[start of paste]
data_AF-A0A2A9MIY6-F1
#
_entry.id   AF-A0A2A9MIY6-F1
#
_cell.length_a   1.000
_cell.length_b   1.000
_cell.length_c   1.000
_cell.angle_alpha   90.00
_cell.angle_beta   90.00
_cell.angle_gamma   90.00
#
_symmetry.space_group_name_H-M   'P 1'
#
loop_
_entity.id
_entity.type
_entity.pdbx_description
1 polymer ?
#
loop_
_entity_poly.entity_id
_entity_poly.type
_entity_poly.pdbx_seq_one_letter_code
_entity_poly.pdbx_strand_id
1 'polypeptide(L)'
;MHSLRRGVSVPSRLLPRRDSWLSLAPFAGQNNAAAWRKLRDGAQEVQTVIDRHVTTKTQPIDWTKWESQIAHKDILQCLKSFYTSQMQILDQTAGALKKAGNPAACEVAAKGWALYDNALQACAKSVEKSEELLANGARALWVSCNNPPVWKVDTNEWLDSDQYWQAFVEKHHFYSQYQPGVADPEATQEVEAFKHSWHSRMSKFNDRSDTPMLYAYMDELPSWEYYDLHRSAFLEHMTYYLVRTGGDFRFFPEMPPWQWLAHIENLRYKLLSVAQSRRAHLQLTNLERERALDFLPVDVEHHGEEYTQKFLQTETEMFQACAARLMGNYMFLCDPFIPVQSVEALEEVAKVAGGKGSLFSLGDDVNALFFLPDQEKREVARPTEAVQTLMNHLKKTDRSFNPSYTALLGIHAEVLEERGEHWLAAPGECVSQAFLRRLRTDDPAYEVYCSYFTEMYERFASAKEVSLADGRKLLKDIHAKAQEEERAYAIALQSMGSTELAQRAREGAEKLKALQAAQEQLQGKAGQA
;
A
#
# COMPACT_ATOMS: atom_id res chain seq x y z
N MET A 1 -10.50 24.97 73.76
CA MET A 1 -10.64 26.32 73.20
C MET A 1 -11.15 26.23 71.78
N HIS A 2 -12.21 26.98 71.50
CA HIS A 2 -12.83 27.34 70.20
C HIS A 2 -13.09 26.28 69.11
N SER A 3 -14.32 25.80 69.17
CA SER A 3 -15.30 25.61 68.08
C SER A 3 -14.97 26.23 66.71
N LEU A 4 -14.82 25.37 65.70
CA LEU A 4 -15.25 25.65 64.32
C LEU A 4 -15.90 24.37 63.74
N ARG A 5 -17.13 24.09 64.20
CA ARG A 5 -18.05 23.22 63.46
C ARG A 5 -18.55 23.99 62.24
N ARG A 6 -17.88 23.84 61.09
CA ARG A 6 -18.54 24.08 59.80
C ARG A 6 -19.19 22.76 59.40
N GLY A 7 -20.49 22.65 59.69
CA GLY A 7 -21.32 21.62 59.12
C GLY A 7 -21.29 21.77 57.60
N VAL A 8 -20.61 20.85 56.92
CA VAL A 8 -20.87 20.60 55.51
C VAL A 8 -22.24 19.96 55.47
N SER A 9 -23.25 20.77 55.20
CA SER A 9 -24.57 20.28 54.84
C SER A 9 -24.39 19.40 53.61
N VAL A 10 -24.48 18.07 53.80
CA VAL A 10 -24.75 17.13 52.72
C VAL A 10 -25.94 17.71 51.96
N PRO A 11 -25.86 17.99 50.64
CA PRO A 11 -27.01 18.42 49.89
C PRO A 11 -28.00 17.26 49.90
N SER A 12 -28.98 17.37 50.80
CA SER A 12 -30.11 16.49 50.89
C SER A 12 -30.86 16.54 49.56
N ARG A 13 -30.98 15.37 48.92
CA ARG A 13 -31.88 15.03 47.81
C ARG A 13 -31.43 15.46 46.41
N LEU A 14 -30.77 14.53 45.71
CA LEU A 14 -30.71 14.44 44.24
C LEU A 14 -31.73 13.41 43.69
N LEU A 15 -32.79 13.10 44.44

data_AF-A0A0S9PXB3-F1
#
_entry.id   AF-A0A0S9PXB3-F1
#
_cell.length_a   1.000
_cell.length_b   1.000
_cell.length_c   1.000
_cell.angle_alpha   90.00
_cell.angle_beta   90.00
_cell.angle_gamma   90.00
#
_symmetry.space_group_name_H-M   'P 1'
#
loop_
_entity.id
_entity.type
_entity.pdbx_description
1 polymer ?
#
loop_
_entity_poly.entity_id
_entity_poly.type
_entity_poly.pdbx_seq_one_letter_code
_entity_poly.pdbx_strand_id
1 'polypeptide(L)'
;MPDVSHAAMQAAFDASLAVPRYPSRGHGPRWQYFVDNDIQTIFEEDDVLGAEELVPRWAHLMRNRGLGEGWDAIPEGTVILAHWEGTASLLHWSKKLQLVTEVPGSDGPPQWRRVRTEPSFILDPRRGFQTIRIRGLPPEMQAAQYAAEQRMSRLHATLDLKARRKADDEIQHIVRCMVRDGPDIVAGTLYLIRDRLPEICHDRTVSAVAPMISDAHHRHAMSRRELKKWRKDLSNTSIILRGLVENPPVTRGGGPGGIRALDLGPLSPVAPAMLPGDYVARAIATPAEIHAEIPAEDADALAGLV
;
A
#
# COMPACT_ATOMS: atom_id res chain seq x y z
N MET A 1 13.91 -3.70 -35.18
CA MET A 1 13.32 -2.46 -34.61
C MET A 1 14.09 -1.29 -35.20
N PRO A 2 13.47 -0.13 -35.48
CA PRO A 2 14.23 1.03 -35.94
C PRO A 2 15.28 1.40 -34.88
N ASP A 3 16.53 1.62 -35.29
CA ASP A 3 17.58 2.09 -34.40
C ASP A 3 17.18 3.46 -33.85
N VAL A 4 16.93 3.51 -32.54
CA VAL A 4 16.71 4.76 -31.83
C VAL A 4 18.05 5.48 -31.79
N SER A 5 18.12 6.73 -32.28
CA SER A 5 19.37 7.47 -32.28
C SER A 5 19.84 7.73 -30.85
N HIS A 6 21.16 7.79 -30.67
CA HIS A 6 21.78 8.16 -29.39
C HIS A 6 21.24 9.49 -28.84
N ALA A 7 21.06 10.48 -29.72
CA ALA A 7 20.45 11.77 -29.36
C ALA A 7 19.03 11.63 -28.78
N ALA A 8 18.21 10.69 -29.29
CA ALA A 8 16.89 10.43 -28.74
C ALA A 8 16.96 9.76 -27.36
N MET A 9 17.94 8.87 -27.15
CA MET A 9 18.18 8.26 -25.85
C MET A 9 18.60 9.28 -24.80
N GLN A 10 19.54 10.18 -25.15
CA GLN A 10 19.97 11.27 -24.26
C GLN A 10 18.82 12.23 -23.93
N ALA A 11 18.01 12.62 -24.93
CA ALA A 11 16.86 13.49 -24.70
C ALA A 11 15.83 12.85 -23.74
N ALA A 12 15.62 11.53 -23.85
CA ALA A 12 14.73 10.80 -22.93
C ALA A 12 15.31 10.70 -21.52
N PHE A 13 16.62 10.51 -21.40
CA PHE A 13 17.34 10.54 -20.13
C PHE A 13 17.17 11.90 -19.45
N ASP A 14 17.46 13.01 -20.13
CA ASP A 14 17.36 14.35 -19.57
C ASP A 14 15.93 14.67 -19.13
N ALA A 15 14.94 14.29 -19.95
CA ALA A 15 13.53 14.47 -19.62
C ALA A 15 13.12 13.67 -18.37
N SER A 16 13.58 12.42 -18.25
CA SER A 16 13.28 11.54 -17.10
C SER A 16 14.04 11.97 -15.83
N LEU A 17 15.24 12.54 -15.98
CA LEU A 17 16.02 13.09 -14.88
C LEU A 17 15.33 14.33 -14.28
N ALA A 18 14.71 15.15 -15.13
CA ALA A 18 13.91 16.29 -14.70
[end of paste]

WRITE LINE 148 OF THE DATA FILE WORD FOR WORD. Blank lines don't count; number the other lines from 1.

C ALA A 15 13.12 13.67 -18.37